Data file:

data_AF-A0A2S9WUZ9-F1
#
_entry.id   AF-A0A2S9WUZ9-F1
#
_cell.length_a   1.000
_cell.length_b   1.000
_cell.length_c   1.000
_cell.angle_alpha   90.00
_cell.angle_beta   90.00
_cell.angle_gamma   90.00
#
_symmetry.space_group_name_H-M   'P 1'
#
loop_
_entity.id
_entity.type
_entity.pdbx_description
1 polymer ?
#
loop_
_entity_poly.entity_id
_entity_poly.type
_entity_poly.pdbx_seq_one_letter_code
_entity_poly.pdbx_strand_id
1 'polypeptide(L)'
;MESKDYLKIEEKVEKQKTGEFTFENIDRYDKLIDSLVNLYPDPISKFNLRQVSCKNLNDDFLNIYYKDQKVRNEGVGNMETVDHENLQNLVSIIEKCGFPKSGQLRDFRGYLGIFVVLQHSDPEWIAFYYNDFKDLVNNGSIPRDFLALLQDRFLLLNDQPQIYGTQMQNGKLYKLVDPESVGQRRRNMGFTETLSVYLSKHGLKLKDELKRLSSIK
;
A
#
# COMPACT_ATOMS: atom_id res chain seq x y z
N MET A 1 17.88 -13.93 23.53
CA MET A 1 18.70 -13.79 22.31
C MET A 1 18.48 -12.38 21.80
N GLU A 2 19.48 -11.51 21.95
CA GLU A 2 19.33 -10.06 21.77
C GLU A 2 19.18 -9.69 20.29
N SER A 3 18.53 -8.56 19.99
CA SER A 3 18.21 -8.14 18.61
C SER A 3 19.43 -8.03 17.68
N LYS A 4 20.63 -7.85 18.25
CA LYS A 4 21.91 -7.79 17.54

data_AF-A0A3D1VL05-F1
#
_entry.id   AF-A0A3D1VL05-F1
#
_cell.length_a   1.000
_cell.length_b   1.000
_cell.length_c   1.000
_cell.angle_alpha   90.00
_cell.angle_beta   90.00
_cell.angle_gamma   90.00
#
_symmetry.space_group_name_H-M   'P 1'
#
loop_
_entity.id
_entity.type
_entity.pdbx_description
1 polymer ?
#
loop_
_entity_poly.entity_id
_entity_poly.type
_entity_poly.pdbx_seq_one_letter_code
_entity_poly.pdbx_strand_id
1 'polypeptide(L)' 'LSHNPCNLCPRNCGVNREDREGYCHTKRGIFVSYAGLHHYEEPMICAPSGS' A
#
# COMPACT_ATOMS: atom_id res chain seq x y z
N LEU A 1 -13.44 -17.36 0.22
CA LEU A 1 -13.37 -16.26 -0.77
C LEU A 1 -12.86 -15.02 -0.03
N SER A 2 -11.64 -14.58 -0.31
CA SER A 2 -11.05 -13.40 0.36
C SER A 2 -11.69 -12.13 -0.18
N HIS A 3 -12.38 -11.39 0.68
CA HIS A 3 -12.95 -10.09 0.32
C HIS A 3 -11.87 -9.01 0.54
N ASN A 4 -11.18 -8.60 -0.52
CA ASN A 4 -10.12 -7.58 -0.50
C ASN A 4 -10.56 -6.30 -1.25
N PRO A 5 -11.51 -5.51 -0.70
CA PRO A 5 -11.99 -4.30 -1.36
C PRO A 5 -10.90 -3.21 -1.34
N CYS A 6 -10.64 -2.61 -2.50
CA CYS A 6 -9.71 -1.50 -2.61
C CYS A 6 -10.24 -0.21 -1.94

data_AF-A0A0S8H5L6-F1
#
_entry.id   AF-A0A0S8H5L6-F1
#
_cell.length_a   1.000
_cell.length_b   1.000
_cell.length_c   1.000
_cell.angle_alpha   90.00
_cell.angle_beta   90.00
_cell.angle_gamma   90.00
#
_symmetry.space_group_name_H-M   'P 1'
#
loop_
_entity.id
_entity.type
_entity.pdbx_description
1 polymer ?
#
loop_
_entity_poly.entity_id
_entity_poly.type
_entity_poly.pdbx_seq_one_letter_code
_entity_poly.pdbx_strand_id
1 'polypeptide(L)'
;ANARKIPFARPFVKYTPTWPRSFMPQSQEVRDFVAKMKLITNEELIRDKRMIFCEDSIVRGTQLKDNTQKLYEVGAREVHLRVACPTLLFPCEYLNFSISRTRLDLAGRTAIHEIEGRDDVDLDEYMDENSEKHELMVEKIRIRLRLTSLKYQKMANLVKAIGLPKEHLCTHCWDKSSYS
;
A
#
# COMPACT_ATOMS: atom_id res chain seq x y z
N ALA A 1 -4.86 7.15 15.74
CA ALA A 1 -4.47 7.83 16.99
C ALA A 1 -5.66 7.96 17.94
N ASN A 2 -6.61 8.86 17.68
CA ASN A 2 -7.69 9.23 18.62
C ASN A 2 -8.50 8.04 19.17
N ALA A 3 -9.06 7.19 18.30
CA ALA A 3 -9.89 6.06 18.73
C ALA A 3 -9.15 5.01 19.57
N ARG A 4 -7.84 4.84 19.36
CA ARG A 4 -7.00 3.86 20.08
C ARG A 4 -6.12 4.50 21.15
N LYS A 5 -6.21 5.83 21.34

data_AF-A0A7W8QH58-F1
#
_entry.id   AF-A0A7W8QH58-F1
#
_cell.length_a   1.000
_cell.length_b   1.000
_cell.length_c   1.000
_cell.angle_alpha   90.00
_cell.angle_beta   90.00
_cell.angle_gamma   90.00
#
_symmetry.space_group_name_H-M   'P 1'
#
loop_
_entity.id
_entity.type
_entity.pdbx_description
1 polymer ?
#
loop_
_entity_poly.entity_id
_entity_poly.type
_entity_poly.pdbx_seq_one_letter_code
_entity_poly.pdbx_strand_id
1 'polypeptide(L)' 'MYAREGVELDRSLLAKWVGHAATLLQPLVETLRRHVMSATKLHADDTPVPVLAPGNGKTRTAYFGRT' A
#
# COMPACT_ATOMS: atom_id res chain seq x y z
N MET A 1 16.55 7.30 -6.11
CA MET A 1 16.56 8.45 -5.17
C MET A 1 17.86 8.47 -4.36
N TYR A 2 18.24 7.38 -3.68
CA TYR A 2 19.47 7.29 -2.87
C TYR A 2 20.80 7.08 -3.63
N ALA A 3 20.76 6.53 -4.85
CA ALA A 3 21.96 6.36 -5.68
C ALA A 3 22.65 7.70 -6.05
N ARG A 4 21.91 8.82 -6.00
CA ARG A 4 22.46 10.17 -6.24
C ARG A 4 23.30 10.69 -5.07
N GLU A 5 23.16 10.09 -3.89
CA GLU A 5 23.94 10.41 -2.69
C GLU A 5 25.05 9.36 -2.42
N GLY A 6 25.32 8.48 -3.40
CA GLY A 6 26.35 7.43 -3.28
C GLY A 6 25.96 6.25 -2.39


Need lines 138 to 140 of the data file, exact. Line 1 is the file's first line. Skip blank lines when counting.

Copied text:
_cell.angle_beta   90.00
_cell.angle_gamma   90.00
#